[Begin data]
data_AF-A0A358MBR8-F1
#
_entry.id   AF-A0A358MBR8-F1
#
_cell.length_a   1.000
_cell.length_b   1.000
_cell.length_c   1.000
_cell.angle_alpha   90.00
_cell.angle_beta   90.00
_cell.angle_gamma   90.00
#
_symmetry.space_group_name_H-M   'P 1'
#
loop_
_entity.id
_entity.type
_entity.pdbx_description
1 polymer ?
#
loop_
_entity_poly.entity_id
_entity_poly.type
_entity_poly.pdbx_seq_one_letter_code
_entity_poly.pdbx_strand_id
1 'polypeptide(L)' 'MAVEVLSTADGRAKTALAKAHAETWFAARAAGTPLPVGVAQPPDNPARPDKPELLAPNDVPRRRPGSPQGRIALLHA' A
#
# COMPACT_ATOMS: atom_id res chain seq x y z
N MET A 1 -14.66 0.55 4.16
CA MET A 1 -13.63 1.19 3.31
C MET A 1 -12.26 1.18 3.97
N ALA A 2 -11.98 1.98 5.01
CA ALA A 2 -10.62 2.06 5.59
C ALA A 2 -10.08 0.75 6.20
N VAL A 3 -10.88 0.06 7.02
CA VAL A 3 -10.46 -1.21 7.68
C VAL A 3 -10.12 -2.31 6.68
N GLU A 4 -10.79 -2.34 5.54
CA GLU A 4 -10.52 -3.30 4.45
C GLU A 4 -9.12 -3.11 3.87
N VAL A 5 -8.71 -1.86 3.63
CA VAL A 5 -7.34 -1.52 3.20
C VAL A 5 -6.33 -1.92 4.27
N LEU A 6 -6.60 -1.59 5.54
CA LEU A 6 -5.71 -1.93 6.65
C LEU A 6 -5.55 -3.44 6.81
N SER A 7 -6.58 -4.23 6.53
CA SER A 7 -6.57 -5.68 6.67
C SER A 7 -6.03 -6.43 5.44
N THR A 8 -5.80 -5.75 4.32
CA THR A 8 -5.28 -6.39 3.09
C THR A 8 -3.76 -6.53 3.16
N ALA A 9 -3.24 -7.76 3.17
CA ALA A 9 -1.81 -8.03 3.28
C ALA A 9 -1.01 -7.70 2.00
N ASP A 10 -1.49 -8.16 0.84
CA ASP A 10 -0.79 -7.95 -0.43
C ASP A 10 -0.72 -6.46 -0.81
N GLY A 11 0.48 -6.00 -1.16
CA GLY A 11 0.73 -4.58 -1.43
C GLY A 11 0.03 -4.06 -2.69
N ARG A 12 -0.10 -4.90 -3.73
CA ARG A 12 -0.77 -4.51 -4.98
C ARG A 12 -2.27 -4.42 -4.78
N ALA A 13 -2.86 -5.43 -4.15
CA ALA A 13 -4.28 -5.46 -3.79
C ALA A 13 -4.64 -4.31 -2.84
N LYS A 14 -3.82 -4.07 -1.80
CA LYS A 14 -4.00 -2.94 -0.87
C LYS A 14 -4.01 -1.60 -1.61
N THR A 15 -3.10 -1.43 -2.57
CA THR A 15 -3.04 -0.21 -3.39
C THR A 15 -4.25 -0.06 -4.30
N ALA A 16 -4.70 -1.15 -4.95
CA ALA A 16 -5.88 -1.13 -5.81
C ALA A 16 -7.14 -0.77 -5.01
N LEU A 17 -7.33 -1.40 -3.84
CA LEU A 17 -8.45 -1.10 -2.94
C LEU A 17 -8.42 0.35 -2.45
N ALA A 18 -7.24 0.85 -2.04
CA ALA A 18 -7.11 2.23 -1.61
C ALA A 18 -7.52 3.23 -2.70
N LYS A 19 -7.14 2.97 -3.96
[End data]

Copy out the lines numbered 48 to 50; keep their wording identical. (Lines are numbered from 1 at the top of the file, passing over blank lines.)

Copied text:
C SER A 7 -6.03 -6.43 5.44
N THR A 8 -5.80 -5.75 4.32
CA THR A 8 -5.28 -6.39 3.09